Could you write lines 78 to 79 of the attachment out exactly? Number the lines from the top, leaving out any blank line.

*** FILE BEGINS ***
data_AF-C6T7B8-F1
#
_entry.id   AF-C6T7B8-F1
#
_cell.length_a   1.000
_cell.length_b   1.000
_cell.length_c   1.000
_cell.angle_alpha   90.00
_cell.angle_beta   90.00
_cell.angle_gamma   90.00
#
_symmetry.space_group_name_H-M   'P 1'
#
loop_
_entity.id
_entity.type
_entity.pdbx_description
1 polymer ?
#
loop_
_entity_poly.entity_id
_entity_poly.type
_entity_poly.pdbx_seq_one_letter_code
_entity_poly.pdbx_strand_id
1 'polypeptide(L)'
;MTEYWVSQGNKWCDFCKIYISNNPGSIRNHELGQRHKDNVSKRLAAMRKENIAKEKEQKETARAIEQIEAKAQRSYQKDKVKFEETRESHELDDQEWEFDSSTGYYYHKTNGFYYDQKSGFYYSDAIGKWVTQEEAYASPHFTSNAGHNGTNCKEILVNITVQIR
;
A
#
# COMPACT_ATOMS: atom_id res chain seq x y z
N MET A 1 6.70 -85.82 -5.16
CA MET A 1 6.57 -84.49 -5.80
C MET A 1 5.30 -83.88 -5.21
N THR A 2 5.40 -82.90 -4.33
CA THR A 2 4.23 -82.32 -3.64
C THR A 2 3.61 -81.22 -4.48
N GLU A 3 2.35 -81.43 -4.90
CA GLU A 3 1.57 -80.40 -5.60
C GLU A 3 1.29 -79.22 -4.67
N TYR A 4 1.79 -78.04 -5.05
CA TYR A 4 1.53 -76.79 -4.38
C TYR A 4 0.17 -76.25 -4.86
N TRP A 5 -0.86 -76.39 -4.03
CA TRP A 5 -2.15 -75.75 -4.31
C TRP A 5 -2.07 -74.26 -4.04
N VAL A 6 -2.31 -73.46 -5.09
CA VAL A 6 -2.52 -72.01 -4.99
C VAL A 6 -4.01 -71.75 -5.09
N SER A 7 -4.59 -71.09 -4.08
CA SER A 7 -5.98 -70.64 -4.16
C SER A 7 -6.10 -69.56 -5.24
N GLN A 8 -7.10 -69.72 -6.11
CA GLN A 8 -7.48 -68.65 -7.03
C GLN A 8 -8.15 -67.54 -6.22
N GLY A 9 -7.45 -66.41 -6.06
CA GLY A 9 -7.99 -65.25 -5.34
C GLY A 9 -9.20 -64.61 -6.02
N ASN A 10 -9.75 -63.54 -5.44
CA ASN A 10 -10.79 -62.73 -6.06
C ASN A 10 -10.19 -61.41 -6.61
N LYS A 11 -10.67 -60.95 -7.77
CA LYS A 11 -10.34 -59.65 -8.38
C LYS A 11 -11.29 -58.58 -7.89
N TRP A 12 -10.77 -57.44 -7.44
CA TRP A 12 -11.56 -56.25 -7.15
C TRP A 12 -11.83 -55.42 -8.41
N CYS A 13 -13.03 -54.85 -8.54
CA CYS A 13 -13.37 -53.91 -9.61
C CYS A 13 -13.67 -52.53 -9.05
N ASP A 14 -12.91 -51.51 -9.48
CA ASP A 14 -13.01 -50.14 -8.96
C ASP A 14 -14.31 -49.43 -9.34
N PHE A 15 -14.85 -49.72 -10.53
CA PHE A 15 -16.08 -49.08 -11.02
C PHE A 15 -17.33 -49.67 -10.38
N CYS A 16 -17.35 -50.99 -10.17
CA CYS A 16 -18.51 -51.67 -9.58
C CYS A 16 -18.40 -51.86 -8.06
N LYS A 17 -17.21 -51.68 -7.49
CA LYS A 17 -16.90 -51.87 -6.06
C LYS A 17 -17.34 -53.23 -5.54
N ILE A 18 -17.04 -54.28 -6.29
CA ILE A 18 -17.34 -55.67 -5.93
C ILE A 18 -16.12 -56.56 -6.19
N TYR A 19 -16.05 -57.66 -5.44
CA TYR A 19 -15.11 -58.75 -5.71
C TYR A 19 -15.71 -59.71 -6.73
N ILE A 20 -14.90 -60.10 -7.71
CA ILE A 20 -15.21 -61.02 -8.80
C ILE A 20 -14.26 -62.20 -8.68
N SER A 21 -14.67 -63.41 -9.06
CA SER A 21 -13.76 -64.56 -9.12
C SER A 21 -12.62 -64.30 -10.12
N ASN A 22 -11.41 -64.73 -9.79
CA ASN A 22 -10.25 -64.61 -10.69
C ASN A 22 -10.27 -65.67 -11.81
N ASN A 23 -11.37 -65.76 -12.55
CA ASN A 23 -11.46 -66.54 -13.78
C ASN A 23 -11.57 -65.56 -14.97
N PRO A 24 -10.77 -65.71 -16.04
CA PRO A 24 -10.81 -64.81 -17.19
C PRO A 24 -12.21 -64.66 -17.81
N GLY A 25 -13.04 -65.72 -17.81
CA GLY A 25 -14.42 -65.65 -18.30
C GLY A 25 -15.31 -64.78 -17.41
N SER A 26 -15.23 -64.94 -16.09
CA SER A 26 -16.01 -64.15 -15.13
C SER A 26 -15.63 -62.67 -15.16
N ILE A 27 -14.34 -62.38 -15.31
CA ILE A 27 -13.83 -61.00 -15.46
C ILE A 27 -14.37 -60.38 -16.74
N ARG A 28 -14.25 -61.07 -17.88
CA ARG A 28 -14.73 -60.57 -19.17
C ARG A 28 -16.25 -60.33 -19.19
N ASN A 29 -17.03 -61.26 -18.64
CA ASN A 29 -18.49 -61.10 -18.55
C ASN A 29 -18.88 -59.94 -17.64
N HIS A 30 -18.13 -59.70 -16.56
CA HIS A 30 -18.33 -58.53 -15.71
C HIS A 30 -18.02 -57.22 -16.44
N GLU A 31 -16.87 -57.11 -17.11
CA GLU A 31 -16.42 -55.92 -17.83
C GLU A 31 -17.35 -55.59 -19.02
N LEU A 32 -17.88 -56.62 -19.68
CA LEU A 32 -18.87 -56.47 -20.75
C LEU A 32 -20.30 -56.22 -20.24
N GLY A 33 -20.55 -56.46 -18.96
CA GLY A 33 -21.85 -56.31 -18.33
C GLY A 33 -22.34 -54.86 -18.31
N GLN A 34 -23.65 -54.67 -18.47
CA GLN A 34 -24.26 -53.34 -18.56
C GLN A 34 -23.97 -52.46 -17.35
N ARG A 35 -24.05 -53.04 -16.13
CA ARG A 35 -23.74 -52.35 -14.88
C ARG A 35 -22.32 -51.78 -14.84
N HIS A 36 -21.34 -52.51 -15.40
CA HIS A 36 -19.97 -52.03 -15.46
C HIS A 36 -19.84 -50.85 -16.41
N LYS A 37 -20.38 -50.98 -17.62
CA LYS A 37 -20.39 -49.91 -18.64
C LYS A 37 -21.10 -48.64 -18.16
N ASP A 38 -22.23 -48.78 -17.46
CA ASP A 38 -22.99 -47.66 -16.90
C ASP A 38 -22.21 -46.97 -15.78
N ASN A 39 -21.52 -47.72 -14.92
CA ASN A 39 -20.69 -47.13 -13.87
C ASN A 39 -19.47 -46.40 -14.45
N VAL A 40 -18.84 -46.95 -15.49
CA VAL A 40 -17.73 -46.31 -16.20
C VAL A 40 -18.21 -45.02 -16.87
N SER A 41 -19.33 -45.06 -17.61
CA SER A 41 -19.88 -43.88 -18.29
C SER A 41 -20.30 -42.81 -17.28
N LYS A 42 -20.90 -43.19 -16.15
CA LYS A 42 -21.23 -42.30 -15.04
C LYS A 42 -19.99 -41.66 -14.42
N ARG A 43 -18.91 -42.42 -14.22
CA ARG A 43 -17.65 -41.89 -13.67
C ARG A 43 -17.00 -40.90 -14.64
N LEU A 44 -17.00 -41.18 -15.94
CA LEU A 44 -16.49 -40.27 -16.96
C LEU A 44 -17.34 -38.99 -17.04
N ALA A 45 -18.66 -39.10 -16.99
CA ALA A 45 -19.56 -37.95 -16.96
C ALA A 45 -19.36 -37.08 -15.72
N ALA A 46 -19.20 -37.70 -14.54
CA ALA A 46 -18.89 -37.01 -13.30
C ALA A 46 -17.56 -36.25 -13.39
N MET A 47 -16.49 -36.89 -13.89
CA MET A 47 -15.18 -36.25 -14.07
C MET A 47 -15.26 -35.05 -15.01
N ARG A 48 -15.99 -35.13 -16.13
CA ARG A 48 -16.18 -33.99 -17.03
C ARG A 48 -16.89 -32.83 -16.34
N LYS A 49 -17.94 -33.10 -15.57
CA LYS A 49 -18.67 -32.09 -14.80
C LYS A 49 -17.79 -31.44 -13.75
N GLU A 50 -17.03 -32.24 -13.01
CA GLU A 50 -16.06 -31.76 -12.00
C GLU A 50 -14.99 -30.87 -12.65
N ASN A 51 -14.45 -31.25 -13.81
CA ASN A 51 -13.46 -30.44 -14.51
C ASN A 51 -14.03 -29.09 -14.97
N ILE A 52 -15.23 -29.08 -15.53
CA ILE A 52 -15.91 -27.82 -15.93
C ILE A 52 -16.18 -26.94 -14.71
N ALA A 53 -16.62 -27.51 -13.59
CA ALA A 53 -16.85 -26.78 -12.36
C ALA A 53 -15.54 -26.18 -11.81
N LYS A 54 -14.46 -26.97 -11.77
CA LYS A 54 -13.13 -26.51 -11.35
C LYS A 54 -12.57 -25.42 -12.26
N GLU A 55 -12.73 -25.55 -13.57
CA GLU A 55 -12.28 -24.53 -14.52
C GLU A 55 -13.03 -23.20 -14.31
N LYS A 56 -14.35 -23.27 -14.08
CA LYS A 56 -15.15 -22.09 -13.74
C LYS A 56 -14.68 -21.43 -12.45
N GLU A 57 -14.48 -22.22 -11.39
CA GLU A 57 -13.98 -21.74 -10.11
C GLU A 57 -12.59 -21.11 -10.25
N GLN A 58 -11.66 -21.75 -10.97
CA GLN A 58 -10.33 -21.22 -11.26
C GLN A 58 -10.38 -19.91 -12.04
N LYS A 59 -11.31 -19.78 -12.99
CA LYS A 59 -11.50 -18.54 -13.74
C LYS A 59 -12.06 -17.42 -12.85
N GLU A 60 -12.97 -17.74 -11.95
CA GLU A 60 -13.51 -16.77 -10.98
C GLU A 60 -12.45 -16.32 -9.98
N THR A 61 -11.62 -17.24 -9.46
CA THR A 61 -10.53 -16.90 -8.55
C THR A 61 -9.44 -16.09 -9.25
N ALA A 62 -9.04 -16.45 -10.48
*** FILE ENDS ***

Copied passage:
C CYS A 16 -18.40 -51.86 -8.06
N LYS A 17 -17.21 -51.68 -7.49